Tim Homfray attends the performance of Haydn and Beethoven at London’s Wigmore Hall on 23 January 2023

Doric String Quartet_Credit_ George Garnier (1)_web

Doric Quartet. Photo: George Garnier

The Doric Quartet opened Haydn’s op.50 no.5 Quartet in F major as if it were a question, with violins followed by curious ‘wrong’ notes in the lower instruments, before resolving into a satisfying perfect cadence. It offered a veritable musical mini-drama, all within the first eight bars. A mix of wrong-footing wit and tonal richness ran through the movement, with some fleet passagework from leader Alex Redington. The slow movement was a seamless meditation, a single lyrical arc. Some teasing touches of rubato added theatre to the Menuetto. Redington produced some soupy portamentos at the beginning of the finale, steadily taken but with a nice energy. Its humour was heightened with touches of rubato, including a couple of bars of heavy unison ritenuto, all given with twinkles in the eyes.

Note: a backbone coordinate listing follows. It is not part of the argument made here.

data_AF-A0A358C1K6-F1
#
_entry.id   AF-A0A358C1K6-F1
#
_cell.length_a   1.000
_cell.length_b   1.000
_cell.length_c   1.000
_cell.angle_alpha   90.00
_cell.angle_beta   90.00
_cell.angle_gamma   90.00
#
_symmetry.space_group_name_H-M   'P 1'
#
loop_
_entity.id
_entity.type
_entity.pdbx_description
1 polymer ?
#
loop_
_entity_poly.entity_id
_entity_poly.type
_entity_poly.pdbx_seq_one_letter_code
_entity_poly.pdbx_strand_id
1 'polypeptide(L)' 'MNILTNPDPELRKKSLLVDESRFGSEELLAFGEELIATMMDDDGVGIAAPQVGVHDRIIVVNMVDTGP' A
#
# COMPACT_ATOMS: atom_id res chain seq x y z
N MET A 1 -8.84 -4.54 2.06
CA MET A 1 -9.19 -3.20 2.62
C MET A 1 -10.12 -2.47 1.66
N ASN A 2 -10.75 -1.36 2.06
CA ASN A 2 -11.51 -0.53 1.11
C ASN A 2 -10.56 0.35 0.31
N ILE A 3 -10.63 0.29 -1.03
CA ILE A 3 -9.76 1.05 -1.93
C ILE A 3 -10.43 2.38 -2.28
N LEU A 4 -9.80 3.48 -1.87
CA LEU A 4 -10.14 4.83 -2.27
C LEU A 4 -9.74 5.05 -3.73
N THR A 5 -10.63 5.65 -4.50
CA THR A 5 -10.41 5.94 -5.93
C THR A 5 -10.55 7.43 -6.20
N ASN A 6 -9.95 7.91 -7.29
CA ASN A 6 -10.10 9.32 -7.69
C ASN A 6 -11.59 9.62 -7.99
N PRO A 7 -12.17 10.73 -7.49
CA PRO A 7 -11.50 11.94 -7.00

Violist Brett Dean joined the players for Beethoven’s C major Quintet op.29. The musicians gave a spacious account of the opening Allegro, and were closely observant of the many pianos and pianissimos, the more to bring out the drama of the abrupt fortes in the development. They took an equally broad view of the second-movement Adagio molto espressivo, with a surface serenity and subtle, expressive phrasing. After the spirited rustic dance of the Scherzo, the Presto finale was theatrical and suitably colourful, not least in the deliberately incongruous Andante section in the middle of it, an effect Beethoven liked so much he repeated it in the coda.


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